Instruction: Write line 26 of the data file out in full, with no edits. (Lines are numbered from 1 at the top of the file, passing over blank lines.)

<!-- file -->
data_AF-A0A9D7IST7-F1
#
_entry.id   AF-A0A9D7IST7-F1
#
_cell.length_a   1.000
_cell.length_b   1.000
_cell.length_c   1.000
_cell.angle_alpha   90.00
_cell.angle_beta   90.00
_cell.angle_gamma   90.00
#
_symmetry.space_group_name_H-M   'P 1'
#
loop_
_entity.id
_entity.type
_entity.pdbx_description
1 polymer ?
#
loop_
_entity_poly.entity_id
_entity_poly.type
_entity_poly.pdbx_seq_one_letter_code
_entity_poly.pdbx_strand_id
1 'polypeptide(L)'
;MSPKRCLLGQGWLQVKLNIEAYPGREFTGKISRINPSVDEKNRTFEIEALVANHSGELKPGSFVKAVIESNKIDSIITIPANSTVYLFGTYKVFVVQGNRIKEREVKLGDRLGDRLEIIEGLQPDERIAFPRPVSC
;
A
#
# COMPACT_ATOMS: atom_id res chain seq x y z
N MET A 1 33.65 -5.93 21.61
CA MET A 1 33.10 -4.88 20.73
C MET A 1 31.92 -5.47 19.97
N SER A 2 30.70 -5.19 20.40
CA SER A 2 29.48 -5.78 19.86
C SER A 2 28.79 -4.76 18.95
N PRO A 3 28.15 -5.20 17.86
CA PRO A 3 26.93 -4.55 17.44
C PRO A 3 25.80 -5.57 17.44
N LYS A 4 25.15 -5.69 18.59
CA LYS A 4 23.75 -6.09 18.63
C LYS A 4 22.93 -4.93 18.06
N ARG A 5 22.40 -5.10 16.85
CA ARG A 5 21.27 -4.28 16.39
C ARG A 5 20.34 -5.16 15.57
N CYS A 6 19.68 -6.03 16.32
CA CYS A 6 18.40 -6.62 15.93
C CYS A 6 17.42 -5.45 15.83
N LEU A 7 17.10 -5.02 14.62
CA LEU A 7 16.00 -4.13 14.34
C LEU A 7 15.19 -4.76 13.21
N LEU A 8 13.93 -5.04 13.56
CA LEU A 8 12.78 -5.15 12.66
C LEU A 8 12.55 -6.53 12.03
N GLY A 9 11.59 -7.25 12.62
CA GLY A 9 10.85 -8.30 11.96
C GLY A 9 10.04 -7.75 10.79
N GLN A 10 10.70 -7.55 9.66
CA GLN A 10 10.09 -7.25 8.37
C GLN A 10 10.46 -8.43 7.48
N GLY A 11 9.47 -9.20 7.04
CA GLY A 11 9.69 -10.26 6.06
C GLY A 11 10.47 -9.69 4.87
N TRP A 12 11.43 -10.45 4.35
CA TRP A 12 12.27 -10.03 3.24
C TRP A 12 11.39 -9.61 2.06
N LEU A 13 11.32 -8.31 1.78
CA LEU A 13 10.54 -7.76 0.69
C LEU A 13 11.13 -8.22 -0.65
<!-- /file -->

;MSPKRCLLGQGWLQVKLNIEAYPGREFTGKISRINPSVDEKNRTFEIEALVANHSGELKPGSFVKAVIESNKIDSIITIPANSTVYLFGTYKVFVVQGNRIKEREVKLGDRLGDRLEIIEGLQPDERIAFPRPVSC